“The jury wanted to give a special acknowledgment to the entire team involved in the restoration of the Atlas Coal Mine Historic Site. There was unanimous support of this project because of the respect given to the original structure. They felt the team’s approach to the project was humble and inventive, their philosophy gave equal respect to all the materials used in the restoration and in their attention to details. New did not mean better than old, but created a fusion of the two that will carry the past into the future,” stated a press release. “The jury felt the entire team worked well together to come up with smart and effective solutions without undermining the original beauty of the structure. They also wanted to applaud the funders and the museum society for the integrity of the project and recognizing the importance of preservation.”
    The awards were presented in front of 150 design and building professionals at a gala on November 7 at the Fairmont Hotel Macdonald in Edmonton. The event included architects, engineers, project teams and industry sponsors along with Minister of Infrastructure Jeff Johnson. There were 40 projects nominated in seven different categories from across western Canada.
    “It is an honour because Atlas is a small organization with a big job to do. Although we are stretched to the limit, we try to fulfill our mandate to the highest possible standards.  This is only possible because everyone involved is passionate about the value of our work, and pulls together,” said Digby.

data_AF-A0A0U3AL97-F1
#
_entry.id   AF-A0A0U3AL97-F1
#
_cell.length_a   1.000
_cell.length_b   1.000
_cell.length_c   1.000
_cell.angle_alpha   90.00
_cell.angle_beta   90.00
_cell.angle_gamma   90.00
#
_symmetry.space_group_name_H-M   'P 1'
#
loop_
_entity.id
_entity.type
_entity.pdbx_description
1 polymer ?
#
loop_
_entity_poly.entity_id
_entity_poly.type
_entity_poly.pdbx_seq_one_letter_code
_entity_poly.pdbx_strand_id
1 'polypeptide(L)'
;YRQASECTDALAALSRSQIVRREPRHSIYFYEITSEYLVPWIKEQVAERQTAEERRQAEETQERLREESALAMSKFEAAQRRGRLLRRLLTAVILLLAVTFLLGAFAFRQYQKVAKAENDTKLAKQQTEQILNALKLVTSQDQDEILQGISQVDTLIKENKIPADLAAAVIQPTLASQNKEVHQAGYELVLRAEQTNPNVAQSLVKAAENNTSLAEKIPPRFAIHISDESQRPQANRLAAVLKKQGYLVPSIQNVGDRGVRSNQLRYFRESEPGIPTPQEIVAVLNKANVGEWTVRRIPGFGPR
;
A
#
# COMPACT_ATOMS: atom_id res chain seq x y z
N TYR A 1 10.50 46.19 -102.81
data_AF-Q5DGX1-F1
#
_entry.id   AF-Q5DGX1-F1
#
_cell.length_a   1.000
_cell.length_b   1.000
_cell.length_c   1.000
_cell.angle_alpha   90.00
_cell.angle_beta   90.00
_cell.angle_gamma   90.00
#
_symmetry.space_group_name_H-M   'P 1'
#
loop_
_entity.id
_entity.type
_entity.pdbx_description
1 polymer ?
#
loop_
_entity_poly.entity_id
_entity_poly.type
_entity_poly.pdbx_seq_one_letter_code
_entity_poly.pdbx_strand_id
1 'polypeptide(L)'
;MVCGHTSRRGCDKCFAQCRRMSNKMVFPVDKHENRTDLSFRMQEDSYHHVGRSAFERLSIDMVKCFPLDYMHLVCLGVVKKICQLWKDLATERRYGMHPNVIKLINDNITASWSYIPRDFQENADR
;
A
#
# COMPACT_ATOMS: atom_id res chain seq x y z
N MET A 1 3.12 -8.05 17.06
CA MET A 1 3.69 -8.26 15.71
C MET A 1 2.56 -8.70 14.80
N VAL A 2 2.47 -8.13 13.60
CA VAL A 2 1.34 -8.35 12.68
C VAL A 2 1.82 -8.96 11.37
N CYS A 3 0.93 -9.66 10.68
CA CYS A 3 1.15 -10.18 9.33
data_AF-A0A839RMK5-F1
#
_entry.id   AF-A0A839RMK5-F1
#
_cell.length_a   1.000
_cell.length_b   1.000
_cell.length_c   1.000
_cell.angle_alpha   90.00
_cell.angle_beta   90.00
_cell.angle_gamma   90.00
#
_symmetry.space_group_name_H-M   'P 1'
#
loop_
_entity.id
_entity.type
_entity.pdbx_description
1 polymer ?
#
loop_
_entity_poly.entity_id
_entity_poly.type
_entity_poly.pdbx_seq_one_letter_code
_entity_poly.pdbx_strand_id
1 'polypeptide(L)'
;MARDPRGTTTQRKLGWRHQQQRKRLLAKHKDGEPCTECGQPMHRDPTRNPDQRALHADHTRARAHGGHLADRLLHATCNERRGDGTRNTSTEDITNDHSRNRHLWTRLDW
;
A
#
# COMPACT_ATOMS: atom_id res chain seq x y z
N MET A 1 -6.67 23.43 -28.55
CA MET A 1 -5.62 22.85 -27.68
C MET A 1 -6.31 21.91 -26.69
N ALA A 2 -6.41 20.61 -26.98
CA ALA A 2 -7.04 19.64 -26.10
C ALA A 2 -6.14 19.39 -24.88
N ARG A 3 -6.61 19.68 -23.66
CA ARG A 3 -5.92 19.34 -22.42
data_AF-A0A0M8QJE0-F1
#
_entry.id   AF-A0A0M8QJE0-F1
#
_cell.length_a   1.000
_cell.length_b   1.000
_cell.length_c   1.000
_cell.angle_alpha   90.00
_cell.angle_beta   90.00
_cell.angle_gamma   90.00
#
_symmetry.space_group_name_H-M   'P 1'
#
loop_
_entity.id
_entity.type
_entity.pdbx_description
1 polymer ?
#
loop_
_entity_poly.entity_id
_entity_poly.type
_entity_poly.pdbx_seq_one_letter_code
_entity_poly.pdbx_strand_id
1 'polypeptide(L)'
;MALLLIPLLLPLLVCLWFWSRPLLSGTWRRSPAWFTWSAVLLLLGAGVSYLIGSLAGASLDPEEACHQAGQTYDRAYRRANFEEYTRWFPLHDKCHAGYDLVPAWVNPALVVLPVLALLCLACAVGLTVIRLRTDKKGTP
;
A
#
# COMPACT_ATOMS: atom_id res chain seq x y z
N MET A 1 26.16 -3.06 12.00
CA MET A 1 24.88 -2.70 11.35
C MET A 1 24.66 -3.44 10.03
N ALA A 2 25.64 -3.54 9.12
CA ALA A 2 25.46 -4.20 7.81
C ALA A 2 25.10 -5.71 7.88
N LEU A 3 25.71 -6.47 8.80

Badlands soon to be alive with The Sound of Music

    The Kaleidoscope Theatre will soon be presenting a production of Rodgers and Hammerstein’s iconic musical The Sound of Music. The  production runs November 24-26 and December 1-3, 2011. There will be both matinee and evening performances on Saturdays.
    At the moment the entire cast and crew are busy putting the show together. Typically parts are rehearsed individually, but now is the time when everything is practised as a whole.
    “For a musical it’s probably the hardest part to direct,” said Megan McLauchlin. “It’s the most fun time, but it can be the most stressful too.”
    The Sound of Music is set in Austria just prior to World War II, and the events are influenced heavily by Anchluss, the German annexation of Austria.
    The musical follows the story of Maria Rainer as she is sent forth from an abbey to be the governess for the seven children of World War I veteran Georg Von Trapp.
    “If you dig deep it’s at a very difficult time in our history,” said McLauchlin. “What we think of as a light hearted musical grows deeper and darker near the end.”
    The musical achieved widespread fame when it was adapted for film in 1965. The film starred Julie Andrews as Maria and Christopher Plummer as Georg Von Trapp.
    The stage production is different from its big screen counterpart. A few songs and characters are different. “If you’re used to the movie this will be a neat change,” added McLauchlin.
    The Kaleidoscope Theatre production is directed by Dianne Bertsch and stars Amy Burks as Maria, Lewis Frere as Georg Von Trapp, and Becky Neuman as Mother Abbess.
    The cast and crew are excited to get back on stage. “It’s the next big show and everyone is really excited to get back on stage in the Kaleidoscope’s original home,” said McLauchlin. “They’re ready to bring this esteemed musical to Drumheller.”
    For tickets and information call 403-823-PLAY (7529), or purchase online at www.kaleidoscopetheatre.ca.